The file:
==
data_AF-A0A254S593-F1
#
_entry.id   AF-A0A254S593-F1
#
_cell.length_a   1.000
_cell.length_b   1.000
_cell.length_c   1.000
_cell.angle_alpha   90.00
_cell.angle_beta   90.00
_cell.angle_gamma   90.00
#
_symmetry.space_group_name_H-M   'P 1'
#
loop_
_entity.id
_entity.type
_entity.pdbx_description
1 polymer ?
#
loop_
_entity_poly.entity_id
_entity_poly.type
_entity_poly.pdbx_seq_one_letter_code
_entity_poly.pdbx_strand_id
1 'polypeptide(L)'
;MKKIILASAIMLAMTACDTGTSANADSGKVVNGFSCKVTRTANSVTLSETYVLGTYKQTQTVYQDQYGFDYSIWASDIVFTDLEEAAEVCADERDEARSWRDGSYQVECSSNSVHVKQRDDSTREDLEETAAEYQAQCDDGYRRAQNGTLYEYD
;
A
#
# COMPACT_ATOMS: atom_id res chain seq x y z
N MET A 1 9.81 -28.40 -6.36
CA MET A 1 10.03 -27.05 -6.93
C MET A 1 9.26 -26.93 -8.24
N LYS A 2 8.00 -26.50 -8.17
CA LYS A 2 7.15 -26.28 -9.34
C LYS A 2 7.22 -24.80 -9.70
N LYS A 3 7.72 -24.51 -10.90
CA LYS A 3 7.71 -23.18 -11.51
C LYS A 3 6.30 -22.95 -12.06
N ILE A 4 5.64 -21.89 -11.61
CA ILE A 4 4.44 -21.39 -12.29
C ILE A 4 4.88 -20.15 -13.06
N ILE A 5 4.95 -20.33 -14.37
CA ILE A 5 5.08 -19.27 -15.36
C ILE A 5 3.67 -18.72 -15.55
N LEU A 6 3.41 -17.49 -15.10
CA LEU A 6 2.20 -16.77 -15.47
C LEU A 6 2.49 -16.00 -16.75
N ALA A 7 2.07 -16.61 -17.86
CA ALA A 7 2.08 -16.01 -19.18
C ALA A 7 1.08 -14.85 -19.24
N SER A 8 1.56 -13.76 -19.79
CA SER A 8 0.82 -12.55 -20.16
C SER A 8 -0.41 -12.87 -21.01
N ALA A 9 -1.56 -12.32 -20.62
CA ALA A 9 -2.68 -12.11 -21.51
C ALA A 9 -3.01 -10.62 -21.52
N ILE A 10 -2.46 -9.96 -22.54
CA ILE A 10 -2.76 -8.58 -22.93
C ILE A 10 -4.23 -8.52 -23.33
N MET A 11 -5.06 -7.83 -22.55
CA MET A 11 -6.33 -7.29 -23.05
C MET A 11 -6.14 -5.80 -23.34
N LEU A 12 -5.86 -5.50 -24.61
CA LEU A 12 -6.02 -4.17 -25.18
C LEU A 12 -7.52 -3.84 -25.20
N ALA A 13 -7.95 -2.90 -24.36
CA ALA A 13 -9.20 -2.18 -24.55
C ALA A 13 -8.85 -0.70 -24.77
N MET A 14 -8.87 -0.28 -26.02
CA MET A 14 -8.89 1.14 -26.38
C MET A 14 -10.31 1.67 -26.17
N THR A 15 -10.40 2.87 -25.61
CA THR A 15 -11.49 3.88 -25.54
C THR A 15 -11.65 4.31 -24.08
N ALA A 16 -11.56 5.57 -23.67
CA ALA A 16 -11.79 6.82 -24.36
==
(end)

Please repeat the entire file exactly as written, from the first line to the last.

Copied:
data_AF-A0A254S593-F1
#
_entry.id   AF-A0A254S593-F1
#
_cell.length_a   1.000
_cell.length_b   1.000
_cell.length_c   1.000
_cell.angle_alpha   90.00
_cell.angle_beta   90.00
_cell.angle_gamma   90.00
#
_symmetry.space_group_name_H-M   'P 1'
#
loop_
_entity.id
_entity.type
_entity.pdbx_description
1 polymer ?
#
loop_
_entity_poly.entity_id
_entity_poly.type
_entity_poly.pdbx_seq_one_letter_code
_entity_poly.pdbx_strand_id
1 'polypeptide(L)'
;MKKIILASAIMLAMTACDTGTSANADSGKVVNGFSCKVTRTANSVTLSETYVLGTYKQTQTVYQDQYGFDYSIWASDIVFTDLEEAAEVCADERDEARSWRDGSYQVECSSNSVHVKQRDDSTREDLEETAAEYQAQCDDGYRRAQNGTLYEYD
;
A
#
# COMPACT_ATOMS: atom_id res chain seq x y z
N MET A 1 9.81 -28.40 -6.36
CA MET A 1 10.03 -27.05 -6.93
C MET A 1 9.26 -26.93 -8.24
N LYS A 2 8.00 -26.50 -8.17
CA LYS A 2 7.15 -26.28 -9.34
C LYS A 2 7.22 -24.80 -9.70
N LYS A 3 7.72 -24.51 -10.90
CA LYS A 3 7.71 -23.18 -11.51
C LYS A 3 6.30 -22.95 -12.06
N ILE A 4 5.64 -21.89 -11.61
CA ILE A 4 4.44 -21.39 -12.29
C ILE A 4 4.88 -20.15 -13.06
N ILE A 5 4.95 -20.33 -14.37
CA ILE A 5 5.08 -19.27 -15.36
C ILE A 5 3.67 -18.72 -15.55
N LEU A 6 3.41 -17.49 -15.10
CA LEU A 6 2.20 -16.77 -15.47
C LEU A 6 2.49 -16.00 -16.75
N ALA A 7 2.07 -16.61 -17.86
CA ALA A 7 2.08 -16.01 -19.18
C ALA A 7 1.08 -14.85 -19.24
N SER A 8 1.56 -13.76 -19.79
CA SER A 8 0.82 -12.55 -20.16
C SER A 8 -0.41 -12.87 -21.01
N ALA A 9 -1.56 -12.32 -20.62
CA ALA A 9 -2.68 -12.11 -21.51
C ALA A 9 -3.01 -10.62 -21.52
N ILE A 10 -2.46 -9.96 -22.54
CA ILE A 10 -2.76 -8.58 -22.93
C ILE A 10 -4.23 -8.52 -23.33
N MET A 11 -5.06 -7.83 -22.55
CA MET A 11 -6.33 -7.29 -23.05
C MET A 11 -6.14 -5.80 -23.34
N LEU A 12 -5.86 -5.50 -24.61
CA LEU A 12 -6.02 -4.17 -25.18
C LEU A 12 -7.52 -3.84 -25.20
N ALA A 13 -7.95 -2.90 -24.36
CA ALA A 13 -9.20 -2.18 -24.55
C ALA A 13 -8.85 -0.70 -24.77
N MET A 14 -8.87 -0.28 -26.02
CA MET A 14 -8.89 1.14 -26.38
C MET A 14 -10.31 1.67 -26.17
N THR A 15 -10.40 2.87 -25.61
CA THR A 15 -11.49 3.88 -25.54
C THR A 15 -11.65 4.31 -24.08
N ALA A 16 -11.56 5.57 -23.67
CA ALA A 16 -11.79 6.82 -24.36